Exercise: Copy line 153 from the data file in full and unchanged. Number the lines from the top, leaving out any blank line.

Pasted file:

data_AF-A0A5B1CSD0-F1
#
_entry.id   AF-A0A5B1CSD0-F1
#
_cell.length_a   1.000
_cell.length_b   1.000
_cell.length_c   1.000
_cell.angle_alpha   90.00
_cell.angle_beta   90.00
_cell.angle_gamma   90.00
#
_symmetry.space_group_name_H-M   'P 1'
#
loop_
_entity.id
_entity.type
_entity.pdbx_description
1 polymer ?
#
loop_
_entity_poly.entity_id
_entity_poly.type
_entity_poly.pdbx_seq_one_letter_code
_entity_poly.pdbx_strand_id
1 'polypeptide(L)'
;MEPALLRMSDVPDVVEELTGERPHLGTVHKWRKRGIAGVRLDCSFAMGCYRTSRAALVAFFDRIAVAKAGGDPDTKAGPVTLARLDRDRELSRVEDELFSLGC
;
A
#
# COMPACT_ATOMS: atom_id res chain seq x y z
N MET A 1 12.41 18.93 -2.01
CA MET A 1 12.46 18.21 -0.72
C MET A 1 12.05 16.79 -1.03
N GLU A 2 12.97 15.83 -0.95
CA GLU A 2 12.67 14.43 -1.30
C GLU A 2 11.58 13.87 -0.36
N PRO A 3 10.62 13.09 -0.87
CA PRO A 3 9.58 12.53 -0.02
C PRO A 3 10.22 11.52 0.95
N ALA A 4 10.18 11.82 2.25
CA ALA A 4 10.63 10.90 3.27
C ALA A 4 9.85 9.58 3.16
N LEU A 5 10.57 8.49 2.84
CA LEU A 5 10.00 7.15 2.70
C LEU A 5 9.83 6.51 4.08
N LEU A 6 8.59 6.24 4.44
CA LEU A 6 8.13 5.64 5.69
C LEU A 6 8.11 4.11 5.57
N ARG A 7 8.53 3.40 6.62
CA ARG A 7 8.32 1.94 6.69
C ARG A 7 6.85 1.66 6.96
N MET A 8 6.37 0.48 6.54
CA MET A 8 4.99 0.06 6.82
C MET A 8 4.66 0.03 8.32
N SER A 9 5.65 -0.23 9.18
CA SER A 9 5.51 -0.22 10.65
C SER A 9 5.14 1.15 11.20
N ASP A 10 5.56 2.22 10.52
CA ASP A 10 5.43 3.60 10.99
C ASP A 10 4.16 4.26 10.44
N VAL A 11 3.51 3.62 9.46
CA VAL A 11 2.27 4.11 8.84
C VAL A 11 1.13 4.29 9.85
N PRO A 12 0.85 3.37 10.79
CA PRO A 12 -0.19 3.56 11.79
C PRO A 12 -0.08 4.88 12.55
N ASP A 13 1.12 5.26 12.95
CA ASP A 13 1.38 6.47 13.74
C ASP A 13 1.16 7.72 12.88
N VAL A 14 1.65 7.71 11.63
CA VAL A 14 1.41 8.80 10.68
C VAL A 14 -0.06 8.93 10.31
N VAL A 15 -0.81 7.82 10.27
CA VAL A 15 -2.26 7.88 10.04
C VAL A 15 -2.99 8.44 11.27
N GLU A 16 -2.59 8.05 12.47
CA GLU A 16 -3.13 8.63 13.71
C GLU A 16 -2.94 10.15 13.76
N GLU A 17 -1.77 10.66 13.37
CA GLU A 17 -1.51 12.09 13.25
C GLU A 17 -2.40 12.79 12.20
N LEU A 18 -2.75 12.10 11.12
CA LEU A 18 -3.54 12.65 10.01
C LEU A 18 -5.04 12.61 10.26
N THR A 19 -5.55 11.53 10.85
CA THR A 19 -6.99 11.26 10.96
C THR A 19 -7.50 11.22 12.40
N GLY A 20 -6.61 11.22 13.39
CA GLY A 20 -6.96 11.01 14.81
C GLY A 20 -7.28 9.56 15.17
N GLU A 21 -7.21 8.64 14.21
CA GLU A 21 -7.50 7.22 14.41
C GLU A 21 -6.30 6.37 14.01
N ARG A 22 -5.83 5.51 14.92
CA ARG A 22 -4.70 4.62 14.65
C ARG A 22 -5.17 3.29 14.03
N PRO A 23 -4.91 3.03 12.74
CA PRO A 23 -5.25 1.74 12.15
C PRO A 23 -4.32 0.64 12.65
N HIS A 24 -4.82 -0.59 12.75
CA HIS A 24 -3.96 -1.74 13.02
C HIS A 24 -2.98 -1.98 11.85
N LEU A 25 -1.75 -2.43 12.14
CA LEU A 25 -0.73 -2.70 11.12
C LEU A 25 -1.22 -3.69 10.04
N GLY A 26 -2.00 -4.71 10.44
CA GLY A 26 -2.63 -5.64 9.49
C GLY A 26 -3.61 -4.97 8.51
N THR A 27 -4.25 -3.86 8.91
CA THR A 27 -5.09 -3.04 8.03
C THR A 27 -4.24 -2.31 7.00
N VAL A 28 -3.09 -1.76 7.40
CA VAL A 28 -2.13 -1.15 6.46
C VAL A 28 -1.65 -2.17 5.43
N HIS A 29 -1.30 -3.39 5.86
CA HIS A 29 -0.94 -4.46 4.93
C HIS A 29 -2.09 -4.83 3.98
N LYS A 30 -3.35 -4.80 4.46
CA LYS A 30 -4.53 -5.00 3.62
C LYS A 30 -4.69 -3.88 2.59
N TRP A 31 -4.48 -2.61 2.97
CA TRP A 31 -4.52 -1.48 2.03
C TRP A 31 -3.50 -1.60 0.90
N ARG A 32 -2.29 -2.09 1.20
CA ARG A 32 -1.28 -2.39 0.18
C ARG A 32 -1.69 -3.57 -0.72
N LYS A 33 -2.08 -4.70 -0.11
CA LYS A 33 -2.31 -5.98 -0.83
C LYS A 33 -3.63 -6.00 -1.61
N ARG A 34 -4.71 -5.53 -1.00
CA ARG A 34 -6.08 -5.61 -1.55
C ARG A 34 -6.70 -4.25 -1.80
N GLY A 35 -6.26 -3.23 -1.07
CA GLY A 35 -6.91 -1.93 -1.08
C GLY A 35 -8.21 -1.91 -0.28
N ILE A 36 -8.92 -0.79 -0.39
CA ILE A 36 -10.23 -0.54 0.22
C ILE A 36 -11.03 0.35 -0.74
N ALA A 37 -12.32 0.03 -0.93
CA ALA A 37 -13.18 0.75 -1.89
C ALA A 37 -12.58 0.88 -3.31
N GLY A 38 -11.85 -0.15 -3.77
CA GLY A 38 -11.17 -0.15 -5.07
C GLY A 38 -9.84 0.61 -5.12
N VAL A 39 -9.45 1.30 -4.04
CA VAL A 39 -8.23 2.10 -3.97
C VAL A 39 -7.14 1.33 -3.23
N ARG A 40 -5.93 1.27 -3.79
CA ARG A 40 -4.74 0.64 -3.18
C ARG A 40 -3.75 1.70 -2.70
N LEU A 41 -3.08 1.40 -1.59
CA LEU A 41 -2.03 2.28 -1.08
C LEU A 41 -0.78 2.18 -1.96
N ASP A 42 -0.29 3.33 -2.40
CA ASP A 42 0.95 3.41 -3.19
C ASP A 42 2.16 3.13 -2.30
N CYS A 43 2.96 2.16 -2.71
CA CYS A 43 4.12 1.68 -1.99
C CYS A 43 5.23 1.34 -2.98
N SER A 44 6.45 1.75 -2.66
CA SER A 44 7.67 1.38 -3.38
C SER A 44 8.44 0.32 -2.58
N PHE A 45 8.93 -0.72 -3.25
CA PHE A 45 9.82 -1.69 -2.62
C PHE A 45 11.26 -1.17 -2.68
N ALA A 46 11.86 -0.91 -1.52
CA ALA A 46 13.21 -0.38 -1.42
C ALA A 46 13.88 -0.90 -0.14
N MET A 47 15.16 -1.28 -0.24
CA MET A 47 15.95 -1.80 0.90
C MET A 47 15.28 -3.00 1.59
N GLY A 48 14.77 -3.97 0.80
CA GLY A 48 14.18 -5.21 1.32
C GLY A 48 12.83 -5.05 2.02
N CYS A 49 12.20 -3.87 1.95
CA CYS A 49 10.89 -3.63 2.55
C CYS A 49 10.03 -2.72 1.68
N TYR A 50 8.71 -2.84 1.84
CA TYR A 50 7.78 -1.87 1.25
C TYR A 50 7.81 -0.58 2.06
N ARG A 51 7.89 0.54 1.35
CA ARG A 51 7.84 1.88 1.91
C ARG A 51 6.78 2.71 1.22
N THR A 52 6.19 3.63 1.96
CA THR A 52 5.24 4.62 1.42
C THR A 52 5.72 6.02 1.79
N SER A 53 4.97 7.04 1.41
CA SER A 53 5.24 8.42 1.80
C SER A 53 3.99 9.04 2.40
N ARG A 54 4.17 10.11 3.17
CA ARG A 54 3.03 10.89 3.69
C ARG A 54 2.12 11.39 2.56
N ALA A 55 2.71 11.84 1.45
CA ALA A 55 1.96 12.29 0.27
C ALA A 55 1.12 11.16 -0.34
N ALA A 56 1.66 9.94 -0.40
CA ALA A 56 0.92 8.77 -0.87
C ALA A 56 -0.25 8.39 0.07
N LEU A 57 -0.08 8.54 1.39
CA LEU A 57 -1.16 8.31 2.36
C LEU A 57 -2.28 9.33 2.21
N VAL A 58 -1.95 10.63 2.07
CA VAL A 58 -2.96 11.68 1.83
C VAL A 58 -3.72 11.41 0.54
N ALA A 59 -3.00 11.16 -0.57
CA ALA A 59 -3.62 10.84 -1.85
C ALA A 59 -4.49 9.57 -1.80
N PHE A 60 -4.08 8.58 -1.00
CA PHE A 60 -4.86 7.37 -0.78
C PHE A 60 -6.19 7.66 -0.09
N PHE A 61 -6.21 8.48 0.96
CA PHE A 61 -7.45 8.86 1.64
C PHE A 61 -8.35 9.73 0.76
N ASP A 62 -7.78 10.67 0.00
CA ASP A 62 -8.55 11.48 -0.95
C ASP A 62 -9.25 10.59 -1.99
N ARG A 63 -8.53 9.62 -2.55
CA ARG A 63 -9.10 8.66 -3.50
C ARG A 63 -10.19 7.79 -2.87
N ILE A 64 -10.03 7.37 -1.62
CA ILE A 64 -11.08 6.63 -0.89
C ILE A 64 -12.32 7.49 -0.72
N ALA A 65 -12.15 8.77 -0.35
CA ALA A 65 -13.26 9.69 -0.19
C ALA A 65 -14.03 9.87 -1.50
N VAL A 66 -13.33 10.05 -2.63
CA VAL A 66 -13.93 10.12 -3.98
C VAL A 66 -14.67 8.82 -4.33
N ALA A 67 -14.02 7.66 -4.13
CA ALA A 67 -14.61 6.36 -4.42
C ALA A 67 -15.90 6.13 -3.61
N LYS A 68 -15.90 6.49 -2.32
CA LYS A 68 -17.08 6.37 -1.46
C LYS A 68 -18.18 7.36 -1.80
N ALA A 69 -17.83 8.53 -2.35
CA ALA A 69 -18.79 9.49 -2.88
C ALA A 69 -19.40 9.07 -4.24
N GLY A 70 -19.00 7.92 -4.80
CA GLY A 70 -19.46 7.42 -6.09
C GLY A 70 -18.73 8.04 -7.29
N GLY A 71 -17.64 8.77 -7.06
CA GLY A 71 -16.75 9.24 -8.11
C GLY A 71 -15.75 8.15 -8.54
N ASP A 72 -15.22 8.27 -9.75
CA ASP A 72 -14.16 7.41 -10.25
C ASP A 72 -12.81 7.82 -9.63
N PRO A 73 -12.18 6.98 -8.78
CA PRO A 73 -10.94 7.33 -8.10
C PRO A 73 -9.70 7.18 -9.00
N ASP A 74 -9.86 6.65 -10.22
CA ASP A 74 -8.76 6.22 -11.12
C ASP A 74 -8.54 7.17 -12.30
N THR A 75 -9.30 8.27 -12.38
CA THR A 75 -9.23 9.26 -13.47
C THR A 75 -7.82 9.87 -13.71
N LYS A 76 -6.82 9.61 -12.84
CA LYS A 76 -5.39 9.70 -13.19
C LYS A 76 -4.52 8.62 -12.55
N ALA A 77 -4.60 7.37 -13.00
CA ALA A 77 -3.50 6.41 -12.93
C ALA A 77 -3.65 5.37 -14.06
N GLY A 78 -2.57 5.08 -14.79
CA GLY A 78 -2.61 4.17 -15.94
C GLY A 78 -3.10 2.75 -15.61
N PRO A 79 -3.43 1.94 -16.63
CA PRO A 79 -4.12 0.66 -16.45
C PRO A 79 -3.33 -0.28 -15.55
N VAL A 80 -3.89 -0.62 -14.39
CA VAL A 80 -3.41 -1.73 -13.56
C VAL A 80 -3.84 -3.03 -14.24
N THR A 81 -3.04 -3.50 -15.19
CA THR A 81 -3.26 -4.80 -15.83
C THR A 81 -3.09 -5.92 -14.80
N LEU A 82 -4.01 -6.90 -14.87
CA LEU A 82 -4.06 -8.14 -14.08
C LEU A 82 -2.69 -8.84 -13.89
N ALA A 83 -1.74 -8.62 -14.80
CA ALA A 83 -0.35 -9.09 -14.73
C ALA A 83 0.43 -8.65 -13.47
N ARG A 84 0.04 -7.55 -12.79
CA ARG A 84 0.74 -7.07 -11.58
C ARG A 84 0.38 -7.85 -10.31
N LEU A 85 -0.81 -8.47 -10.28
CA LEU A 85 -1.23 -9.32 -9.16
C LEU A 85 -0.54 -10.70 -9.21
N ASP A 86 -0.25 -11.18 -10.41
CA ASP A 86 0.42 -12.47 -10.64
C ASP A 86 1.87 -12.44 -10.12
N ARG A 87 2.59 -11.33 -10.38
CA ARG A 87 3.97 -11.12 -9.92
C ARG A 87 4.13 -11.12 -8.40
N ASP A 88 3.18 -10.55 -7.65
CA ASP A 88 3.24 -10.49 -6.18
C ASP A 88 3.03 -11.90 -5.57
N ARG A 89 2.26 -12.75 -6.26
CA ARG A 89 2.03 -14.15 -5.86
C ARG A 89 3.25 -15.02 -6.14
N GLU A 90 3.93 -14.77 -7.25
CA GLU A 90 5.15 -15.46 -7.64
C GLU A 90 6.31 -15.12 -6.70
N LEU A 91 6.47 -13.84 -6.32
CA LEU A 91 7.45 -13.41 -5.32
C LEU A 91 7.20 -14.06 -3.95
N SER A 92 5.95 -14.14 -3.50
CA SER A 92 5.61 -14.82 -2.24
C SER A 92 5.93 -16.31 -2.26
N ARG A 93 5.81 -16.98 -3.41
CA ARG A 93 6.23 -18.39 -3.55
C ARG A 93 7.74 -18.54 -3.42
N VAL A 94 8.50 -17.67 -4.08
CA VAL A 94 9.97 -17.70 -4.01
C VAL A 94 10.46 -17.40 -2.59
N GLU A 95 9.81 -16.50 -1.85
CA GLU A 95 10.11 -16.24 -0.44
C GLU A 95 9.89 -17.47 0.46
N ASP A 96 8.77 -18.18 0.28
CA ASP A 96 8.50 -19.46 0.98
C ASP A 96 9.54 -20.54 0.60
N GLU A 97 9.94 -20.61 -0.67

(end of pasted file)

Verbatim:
C LEU A 41 -0.78 2.18 -1.96